Trading Gee would give Mets flexibility

Trading Gee would give Mets flexibility

SAN DIEGO -- Much of what the Mets do this winter will be colored by money. Though the team plans to compete with the heavyweights of the National League East next summer, it hopes to do so with a payroll no greater than the roughly $100 million currently on the books.

"It might be a little lower," general manager Sandy Alderson said on Monday at the Winter Meetings. "It might be at that level. I don't expect it to go up too much, if at all."

That has already influenced how the Mets are operating in San Diego, and should continue to do so throughout the offseason. Although the Mets still hope to find a shortstop upgrade over Wilmer Flores, a left-handed reliever and a right-handed bench bat, a source said that they have focused most of their early energy on trying to trade Dillon Gee. The club does not expect Gee to bring back anything in the way of big league talent, but dealing him is nonetheless their clear preference.

The goal is to create flexibility in a rotation currently featuring six pitchers for five spots, as well as provide a measure of salary relief. With Gee slated to make roughly $5 million through arbitration this winter, trading him would give the Mets enough payroll flexibility to sign the aforementioned reliever and bench bat.

The Mets could still shop Jon Niese or Bartolo Colon, but they like Niese's left arm and team-friendly contract, and "frankly," Alderson said, "we're not looking to trade [Colon]."

"Bartolo is one of those guys that leads by a great example," manager Terry Collins said. "He very quietly talks to those young relief pitchers we have down there, and he's somebody that they can talk to and get an idea of how to pitch. The one thing about Bartolo -- I know he's going to be 41 years old, but I just think he gives us that guy that we run out there every five days that you can depend on."

So if the Mets do anything at these Winter Meetings, there is a good chance it will involve trading Gee. That could happen as soon as the next couple of days, with the Giants and Rangers emerging as two potential suitors. Or it could wait until Jon Lester and the free-agent market's other top dominoes begin falling.

"It will probably take one or two to sign before clubs start looking elsewhere," Alderson said. "But we expect to have conversations about pitching while we're here. I'm not sure we'll do anything while we're here, but I expect to have conversations and maybe have a better idea of what's possible, certainly, by the end of Thursday.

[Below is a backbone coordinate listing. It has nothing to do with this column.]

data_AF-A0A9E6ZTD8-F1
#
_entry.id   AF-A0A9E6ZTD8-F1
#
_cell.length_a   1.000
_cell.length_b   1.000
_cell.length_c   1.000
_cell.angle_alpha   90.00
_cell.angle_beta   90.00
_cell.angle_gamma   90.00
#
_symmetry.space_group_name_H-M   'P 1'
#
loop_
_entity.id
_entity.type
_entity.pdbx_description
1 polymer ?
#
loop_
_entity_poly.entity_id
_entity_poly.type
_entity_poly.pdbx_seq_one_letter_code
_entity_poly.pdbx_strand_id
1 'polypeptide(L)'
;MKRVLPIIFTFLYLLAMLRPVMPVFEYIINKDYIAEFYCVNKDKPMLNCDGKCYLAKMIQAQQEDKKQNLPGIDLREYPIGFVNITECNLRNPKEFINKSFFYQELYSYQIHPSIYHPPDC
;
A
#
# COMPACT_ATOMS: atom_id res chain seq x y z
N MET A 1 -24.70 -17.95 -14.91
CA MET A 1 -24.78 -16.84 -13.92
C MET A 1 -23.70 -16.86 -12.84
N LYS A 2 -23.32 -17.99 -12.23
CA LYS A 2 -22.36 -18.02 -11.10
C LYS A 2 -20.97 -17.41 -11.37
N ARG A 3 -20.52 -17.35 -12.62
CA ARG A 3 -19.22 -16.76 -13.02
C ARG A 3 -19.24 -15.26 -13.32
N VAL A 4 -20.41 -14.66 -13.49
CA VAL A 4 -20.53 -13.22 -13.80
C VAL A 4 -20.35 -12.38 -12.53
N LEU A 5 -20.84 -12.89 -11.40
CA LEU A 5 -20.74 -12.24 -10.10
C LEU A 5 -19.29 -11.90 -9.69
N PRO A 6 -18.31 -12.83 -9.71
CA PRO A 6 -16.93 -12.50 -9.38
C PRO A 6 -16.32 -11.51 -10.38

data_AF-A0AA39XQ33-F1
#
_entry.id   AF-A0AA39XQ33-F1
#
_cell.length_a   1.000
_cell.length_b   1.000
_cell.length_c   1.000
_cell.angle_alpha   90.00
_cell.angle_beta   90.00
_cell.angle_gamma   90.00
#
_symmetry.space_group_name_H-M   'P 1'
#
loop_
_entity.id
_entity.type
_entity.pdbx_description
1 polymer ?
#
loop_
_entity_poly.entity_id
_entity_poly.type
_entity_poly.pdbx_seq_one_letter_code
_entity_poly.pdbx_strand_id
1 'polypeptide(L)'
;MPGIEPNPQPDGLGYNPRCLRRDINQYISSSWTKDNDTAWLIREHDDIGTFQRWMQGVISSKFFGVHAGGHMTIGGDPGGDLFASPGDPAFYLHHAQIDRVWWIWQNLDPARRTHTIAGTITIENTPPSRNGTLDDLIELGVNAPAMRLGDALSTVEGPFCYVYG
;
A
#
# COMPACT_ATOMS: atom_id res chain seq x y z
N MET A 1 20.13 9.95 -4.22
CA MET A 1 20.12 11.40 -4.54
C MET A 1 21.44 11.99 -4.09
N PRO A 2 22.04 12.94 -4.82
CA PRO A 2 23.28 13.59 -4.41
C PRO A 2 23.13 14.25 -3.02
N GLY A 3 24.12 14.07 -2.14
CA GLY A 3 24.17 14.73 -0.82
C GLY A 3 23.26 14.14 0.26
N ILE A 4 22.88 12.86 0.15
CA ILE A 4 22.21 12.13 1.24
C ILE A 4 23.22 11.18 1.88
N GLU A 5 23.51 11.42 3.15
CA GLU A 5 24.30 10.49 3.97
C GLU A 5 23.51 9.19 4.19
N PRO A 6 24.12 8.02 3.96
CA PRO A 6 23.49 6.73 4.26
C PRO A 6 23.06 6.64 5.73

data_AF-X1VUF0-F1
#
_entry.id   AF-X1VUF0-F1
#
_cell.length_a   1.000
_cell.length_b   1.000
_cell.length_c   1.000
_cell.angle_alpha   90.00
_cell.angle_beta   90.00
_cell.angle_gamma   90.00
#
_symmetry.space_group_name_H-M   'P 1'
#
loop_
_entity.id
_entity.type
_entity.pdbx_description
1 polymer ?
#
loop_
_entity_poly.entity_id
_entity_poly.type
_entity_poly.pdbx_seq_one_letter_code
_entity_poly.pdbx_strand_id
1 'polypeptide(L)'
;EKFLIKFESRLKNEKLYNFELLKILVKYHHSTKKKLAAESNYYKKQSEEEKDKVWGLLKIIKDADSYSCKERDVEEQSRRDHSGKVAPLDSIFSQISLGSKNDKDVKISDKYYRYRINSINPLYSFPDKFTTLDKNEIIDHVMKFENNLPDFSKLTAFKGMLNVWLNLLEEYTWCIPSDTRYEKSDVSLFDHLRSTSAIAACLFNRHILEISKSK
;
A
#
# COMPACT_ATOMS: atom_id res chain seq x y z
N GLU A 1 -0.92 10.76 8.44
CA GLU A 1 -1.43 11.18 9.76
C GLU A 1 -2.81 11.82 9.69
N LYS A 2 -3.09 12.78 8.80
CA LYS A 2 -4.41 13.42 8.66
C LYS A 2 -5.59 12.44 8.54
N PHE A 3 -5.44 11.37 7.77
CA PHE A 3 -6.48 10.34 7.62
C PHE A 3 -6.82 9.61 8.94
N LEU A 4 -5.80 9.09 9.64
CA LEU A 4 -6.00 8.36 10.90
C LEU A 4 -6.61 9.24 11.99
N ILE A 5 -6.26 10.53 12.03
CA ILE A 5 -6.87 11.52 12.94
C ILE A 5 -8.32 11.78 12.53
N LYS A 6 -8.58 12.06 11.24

"We are open to making deals."

Any deals the Mets ultimately make could influence what they do at shortstop, though it remains unreasonable to expect a Troy Tulowitzki-size upgrade. Instead the Mets are canvassing the international market -- the agent for Korean shortstop Jung-Ho Kang said that his client will be posted later this month, and Collins said the Mets have already talked about Japanese shortstop Takashi Toritani -- and keeping tabs on domestic solutions.

With their roughly $100 million payroll, it will be difficult for the Mets to make a splash at shortstop, but Alderson does not consider either of the international free agents much of a splash.

"It's always difficult to gauge the potential impact of an international player, but there seem to be clubs willing to spend $60 [million] or $70 million to find out," Alderson said. "We haven't been in that category. I expect we will be in that category soon. But these international shortstop possibilities, at least the ones that are more or less Major League-ready, probably don't fit into that category anyway."

Anthony DiComo is a reporter for MLB.com. Follow him on Twitter @AnthonyDicomo. This story was not subject to the approval of Major League Baseball or its clubs.